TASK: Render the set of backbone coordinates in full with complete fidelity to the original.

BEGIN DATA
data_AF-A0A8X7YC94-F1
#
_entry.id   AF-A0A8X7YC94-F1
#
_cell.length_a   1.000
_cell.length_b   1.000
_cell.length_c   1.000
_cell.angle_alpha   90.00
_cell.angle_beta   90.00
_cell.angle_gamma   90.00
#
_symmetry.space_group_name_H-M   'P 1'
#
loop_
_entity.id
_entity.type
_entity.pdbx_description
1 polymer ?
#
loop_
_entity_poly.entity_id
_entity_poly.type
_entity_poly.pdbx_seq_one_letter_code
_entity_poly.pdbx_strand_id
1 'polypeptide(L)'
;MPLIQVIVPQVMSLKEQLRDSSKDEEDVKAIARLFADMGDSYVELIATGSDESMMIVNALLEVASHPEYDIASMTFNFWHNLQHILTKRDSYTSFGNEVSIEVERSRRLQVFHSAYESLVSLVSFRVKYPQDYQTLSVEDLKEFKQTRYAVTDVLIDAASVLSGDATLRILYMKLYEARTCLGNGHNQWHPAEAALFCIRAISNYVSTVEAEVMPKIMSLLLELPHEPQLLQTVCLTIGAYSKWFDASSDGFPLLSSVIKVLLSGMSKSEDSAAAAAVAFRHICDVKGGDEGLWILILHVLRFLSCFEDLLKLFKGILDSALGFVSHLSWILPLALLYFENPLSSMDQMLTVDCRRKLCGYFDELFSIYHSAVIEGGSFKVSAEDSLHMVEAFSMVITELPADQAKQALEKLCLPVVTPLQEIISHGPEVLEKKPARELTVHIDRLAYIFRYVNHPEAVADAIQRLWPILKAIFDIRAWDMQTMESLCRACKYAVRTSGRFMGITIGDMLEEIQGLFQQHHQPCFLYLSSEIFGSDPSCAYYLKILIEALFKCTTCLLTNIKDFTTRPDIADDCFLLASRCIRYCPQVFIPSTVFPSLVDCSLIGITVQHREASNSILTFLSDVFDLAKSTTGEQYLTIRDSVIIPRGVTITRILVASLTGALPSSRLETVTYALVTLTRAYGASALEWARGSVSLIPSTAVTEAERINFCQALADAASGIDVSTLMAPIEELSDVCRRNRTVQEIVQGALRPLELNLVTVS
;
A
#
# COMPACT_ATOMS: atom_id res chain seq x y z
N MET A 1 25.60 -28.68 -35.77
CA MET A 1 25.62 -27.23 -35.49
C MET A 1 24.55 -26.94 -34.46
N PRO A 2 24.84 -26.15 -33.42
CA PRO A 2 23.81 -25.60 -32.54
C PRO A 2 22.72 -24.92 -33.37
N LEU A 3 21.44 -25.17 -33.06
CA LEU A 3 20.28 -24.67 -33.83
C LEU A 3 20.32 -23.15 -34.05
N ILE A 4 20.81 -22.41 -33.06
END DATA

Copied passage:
data_AF-A0A8X7YC94-F1
#
_entry.id   AF-A0A8X7YC94-F1
#
_cell.length_a   1.000
_cell.length_b   1.000
_cell.length_c   1.000
_cell.angle_alpha   90.00
_cell.angle_beta   90.00
_cell.angle_gamma   90.00
#
_symmetry.space_group_name_H-M   'P 1'
#
loop_
_entity.id
_entity.type
_entity.pdbx_description
1 polymer ?
#
loop_
_entity_poly.entity_id
_entity_poly.type
_entity_poly.pdbx_seq_one_letter_code
_entity_poly.pdbx_strand_id
1 'polypeptide(L)'
;MPLIQVIVPQVMSLKEQLRDSSKDEEDVKAIARLFADMGDSYVELIATGSDESMMIVNALLEVASHPEYDIASMTFNFWHNLQHILTKRDSYTSFGNEVSIEVERSRRLQVFHSAYESLVSLVSFRVKYPQDYQTLSVEDLKEFKQTRYAVTDVLIDAASVLSGDATLRILYMKLYEARTCLGNGHNQWHPAEAALFCIRAISNYVSTVEAEVMPKIMSLLLELPHEPQLLQTVCLTIGAYSKWFDASSDGFPLLSSVIKVLLSGMSKSEDSAAAAAVAFRHICDVKGGDEGLWILILHVLRFLSCFEDLLKLFKGILDSALGFVSHLSWILPLALLYFENPLSSMDQMLTVDCRRKLCGYFDELFSIYHSAVIEGGSFKVSAEDSLHMVEAFSMVITELPADQAKQALEKLCLPVVTPLQEIISHGPEVLEKKPARELTVHIDRLAYIFRYVNHPEAVADAIQRLWPILKAIFDIRAWDMQTMESLCRACKYAVRTSGRFMGITIGDMLEEIQGLFQQHHQPCFLYLSSEIFGSDPSCAYYLKILIEALFKCTTCLLTNIKDFTTRPDIADDCFLLASRCIRYCPQVFIPSTVFPSLVDCSLIGITVQHREASNSILTFLSDVFDLAKSTTGEQYLTIRDSVIIPRGVTITRILVASLTGALPSSRLETVTYALVTLTRAYGASALEWARGSVSLIPSTAVTEAERINFCQALADAASGIDVSTLMAPIEELSDVCRRNRTVQEIVQGALRPLELNLVTVS
;
A
#
# COMPACT_ATOMS: atom_id res chain seq x y z
N MET A 1 25.60 -28.68 -35.77
CA MET A 1 25.62 -27.23 -35.49
C MET A 1 24.55 -26.94 -34.46
N PRO A 2 24.84 -26.15 -33.42
CA PRO A 2 23.81 -25.60 -32.54
C PRO A 2 22.72 -24.92 -33.37
N LEU A 3 21.44 -25.17 -33.06
CA LEU A 3 20.28 -24.67 -33.83
C LEU A 3 20.32 -23.15 -34.05
N ILE A 4 20.81 -22.41 -33.06